It’s unknown exactly when or why students started to bring tractors to West Lincoln High School on homecoming day. The way may have had something to do with the rivalry between West and East Lincoln High School. Those at East Lincoln sometimes referred to those going to West Lincoln High School as “Tater Diggers.” Billy Taylor, who graduated from West Lincoln High School in 1990, was at the parade on Friday with his daughter, Torie, who was going to drive the family tractor. He remembers students driving their tractors to school on homecoming day.
“It wasn’t organized at first, several kids just started it on their own accord,” West Lincoln principal Brian Clary said. “It started out with two, three, maybe four tractors and they’d drive them around the parking lot before school started. When they heard the warning bell, they’d park their tractors and get to class.”
More and more students started to bring their tractors, and around 2007, Dr. Matt Stover, the principal at that time, moved it from the parking lot to the track at the football stadium. The parade has grown ever since.
The western side of the county is rural and there are a lot of farmers. Most of them have tractors, and like Taylor, use them on a daily basis. It’s a way of life for them and they’re proud of their heritage.
“We’re a rural farming community and we’ve got a ton of tractors,” he said. “There’s some old, good-looking tractors, there’s some old, old tractors and there’s some crazy, high-dollar tractors. I assume other schools have a homecoming parade. I’ll say we’re the only one that does a tractor parade.”
Hanna Sain Suttle, who graduated from West Lincoln in 2012, drove a tractor in the parade when she was a senior. She now teaches at West Lincoln.
“It’s always been a big tradition that we look forward to every year,” she said. “We have a lot of pride in West Lincoln. We live in a community where farming is a big source of revenue for a lot of our families and I don’t know anyone who farms ‘taters. When we came to support the football team during games, we were called the ‘cowbell choir.’ When I was a student, we were very loud and proud at the tractor parade every year. We yelled and screamed for all of our friends driving tractors.”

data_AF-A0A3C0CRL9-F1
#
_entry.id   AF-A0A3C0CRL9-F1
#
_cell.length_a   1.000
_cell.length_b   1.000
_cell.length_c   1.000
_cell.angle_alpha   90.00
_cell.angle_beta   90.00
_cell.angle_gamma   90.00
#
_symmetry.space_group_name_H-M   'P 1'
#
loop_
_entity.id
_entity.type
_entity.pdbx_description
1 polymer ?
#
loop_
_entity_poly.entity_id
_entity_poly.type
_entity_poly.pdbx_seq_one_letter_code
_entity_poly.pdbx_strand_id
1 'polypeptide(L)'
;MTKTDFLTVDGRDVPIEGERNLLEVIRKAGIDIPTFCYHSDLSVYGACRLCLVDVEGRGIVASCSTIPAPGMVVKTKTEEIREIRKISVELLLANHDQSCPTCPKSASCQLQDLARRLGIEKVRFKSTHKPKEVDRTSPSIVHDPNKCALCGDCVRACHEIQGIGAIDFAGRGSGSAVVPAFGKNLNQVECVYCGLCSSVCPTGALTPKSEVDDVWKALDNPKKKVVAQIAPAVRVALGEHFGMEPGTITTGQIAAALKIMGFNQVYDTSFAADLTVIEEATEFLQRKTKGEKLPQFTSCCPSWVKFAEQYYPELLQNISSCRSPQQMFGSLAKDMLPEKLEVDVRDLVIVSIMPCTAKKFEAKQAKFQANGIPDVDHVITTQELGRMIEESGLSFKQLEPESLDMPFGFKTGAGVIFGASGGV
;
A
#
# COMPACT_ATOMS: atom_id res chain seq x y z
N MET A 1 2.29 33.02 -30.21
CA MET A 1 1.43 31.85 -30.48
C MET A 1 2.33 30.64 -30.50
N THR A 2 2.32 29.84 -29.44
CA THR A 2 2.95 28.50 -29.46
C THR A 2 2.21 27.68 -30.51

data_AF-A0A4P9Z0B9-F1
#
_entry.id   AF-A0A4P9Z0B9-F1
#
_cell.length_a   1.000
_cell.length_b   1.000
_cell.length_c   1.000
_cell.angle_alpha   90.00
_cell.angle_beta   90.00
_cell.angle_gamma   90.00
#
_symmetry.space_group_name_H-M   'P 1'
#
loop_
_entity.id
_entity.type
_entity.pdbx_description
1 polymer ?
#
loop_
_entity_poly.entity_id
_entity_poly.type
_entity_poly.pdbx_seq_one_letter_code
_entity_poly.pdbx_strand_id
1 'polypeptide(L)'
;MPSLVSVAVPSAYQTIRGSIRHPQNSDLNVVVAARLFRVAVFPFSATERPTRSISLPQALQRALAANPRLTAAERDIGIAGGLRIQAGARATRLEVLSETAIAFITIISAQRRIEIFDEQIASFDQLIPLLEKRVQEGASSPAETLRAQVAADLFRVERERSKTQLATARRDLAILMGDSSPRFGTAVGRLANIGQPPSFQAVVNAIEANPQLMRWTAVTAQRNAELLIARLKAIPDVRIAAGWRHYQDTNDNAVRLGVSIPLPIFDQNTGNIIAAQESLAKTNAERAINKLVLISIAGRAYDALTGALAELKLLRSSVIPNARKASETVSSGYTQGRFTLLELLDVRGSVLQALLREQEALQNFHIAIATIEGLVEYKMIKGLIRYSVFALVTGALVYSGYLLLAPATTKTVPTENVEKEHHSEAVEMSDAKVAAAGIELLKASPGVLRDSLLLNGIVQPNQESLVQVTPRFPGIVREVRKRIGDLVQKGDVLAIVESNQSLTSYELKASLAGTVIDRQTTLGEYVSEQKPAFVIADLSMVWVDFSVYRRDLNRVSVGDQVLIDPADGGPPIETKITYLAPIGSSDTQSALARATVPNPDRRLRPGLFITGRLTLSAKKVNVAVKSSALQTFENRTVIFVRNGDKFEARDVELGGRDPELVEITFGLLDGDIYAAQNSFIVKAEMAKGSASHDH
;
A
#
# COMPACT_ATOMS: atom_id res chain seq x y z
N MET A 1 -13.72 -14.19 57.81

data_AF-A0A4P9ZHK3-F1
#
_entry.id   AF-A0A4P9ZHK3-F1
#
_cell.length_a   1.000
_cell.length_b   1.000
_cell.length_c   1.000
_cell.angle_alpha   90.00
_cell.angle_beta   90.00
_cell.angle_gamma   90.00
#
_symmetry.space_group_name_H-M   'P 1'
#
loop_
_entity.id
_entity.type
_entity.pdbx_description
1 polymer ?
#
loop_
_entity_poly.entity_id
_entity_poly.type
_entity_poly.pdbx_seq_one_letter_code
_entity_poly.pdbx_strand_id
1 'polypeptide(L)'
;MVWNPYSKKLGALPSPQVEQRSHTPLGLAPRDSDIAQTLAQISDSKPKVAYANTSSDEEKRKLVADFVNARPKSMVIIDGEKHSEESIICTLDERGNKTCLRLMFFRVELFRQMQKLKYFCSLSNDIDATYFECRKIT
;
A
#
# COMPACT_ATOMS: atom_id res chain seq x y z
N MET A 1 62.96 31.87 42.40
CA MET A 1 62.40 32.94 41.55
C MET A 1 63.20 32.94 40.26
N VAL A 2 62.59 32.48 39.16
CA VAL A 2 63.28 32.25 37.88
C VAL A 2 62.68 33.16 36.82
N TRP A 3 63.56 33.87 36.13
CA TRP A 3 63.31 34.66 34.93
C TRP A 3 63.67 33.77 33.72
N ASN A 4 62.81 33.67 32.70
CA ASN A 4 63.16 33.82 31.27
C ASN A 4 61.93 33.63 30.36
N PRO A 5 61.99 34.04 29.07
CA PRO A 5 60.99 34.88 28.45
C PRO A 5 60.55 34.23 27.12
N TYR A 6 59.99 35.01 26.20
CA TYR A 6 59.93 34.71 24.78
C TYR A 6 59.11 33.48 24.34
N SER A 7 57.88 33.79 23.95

This year, there were more than 45 tractors taking part in the parade, and for safety reasons, Clary split them into two groups. All of the West Lincoln High School students, as well as all of the students from West Lincoln Middle School, are able to come out and sit in the stands to watch the parade. Parents are also invited to come.
The tractors started arriving at the school at around 7 a.m. Most are driven from home and others are trailered in. It wasn’t long before the smell of diesel filled the air as tractors of all makes, models and sizes lined up for the parade. All were decorated, mostly with patriotic colors or in Rebel red. There’s no dress code on homecoming, a/k/a “Rowdy Rebel” day. Many of the students, male and female, wore “Daisy Duke” shorts with cowboy boots.
As the tractors started filing onto the track, several of them almost too wide to fit on the track, country music played over the loudspeakers. The first group of tractors made several laps around the track before the next group came on. Cowbells rang from the stadium and students cheered for their friends.
“The Tractor Parade is one of the many things that makes West Lincoln High School so special,” said Lincoln County Schools superintendent Dr. Lory Morrow as she watched the parade. “It’s exciting to see the kids driving their tractors and be proud of their heritage in this community. It’s a great way to celebrate homecoming.”